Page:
2.) The real problem was one of prediction
The problem wasn’t the polls; it was the aggregators and predictors.
These aggregators include:
- The New York Times, which predicted an 85 per cent chance of a Clinton victory
- FiveThirtyEight, which predicted a 71 per cent chance of a Clinton victory
- The Huffington Post, which predicted a 98 per cent chance of a Clinton victory
- PredictWise, which predicted an 89 per cent chance of a Clinton victory
- Princeton Election Consortium, which predicted a 99 per cent chance of a Clinton victory
- Daily Kos, which predicted a 92 per cent chance of a Clinton victory
For years, I have watched the aggregators borrow our polls and put them into their aggregation models. They draw their own conclusions from others’ data without consulting – let alone paying – the firms which collected the data. Summarizing the averages and breakdowns of the polls is fine but many of the aggregators go beyond this and apply predictive models and seat forecasts, which are increasingly used by voters who may wish to vote strategically.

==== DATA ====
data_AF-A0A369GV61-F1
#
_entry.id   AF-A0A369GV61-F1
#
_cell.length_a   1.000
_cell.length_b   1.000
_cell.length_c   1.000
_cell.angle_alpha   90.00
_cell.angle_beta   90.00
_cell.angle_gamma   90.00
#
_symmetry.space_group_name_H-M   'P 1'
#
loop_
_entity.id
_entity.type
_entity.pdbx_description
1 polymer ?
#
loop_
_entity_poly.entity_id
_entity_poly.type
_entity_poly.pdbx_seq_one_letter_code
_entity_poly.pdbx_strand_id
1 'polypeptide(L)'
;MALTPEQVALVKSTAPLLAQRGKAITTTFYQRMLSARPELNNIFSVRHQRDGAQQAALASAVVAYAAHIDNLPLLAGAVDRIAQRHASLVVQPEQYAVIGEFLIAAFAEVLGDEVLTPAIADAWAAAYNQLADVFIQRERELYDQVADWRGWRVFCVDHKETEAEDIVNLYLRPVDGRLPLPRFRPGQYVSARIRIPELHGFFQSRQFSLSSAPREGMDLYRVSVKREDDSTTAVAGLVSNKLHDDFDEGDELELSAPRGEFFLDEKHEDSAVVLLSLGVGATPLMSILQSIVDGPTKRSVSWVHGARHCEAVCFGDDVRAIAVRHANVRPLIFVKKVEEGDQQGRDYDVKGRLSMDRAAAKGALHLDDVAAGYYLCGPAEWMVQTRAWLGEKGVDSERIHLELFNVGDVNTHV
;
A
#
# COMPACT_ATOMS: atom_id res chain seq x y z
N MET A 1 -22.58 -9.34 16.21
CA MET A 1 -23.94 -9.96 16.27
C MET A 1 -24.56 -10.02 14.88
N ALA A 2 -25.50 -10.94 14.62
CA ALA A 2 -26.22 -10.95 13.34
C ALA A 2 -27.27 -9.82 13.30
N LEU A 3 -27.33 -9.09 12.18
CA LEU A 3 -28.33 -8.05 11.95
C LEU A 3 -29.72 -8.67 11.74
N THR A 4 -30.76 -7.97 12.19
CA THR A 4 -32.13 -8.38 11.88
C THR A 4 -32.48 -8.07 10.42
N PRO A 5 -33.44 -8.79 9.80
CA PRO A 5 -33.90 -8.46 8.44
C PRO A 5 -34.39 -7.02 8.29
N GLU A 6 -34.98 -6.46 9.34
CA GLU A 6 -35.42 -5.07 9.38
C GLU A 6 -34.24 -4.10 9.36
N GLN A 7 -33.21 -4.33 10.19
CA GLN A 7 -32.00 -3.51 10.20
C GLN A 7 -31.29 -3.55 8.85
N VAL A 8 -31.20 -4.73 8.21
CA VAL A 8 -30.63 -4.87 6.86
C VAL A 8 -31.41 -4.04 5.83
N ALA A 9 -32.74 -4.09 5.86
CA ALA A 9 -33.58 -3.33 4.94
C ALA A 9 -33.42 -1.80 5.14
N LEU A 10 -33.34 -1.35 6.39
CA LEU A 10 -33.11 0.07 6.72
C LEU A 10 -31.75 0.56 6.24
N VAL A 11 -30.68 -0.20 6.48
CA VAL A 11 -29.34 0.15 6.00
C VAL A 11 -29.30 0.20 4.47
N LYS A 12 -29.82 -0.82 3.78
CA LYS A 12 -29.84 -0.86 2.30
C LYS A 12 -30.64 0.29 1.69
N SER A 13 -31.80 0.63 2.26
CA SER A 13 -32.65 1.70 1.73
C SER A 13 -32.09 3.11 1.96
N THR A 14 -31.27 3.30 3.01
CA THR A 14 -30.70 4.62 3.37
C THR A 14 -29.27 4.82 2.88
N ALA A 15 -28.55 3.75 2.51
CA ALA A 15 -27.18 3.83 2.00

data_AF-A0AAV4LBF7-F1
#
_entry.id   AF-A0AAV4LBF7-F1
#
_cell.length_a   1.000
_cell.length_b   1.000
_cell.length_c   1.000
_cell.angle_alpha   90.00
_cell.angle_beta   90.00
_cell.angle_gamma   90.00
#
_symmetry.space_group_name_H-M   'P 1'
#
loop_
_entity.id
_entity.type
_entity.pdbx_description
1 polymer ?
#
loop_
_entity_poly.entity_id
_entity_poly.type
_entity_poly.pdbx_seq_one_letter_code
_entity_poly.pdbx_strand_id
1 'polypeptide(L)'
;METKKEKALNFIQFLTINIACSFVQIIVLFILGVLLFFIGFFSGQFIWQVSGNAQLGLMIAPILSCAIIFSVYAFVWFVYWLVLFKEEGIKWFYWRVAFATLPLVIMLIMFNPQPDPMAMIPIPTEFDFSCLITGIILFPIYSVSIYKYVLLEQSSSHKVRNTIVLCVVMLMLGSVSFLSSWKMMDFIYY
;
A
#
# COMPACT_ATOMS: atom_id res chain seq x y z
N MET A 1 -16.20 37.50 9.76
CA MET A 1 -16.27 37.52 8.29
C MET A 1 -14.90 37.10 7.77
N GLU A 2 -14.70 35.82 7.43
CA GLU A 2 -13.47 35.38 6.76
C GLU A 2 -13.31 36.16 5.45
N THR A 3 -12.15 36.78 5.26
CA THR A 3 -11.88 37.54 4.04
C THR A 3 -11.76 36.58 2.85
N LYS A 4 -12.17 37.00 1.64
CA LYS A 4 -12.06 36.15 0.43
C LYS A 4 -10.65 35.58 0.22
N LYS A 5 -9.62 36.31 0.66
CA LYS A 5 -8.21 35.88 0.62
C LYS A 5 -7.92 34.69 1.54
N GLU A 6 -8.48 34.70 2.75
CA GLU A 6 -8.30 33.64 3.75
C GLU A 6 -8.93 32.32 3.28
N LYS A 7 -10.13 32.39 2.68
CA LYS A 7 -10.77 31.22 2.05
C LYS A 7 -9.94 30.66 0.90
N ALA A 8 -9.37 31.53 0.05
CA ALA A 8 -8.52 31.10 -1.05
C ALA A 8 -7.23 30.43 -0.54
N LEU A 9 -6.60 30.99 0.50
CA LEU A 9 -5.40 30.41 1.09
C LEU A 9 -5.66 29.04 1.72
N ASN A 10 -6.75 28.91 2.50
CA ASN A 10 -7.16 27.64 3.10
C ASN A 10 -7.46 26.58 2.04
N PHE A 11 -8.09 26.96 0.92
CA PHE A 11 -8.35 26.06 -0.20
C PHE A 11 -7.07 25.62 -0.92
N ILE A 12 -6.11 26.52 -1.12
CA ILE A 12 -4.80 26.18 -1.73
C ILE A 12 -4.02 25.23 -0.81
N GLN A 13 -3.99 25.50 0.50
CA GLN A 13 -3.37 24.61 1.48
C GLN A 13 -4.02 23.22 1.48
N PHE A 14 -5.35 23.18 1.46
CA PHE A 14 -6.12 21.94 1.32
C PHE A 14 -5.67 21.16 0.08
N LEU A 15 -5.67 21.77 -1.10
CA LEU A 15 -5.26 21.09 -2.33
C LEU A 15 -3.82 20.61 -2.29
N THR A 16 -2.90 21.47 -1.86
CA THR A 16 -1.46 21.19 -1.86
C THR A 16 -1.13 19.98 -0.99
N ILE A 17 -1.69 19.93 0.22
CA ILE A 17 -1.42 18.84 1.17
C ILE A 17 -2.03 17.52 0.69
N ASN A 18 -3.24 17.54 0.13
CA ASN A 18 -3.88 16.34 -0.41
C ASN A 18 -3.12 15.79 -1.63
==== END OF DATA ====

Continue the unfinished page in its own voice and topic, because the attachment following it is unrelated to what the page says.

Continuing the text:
In Canada, our record of seat forecasts at EKOS has consistently been better than those of the aggregators despite the fact that they are drawn from a single polling company. In fact, at the federal level, we have never had the winner of the contest wrong (as all of the aggregators did in the US). Our worst error was calling a strong Conservative minority in 2011 (along with everybody else). The surprising majority reflected some of the same prediction problems that plagued the U.S. presidential forecasts. In a nutshell, when turnout is relatively low, and there are systematic differences between actual and non-voters, we are left with making conjecture. From my perspective, it is pretty clear that we aren’t very good at that when those conditions exist.
The U.S. election provides an even more vivid illustration of the hazards of putting too much confidence in the aggregators’ forecasts. I thought it only fair to aggregate the most influential aggregators and see what the overall forecasts were. Their logic (with some rationality) is that the averages across various polls will be more reliable than using a single source. So if the aggregation of polls is sound then the aggregation of aggregators should be even more powerful. What could possibly go wrong?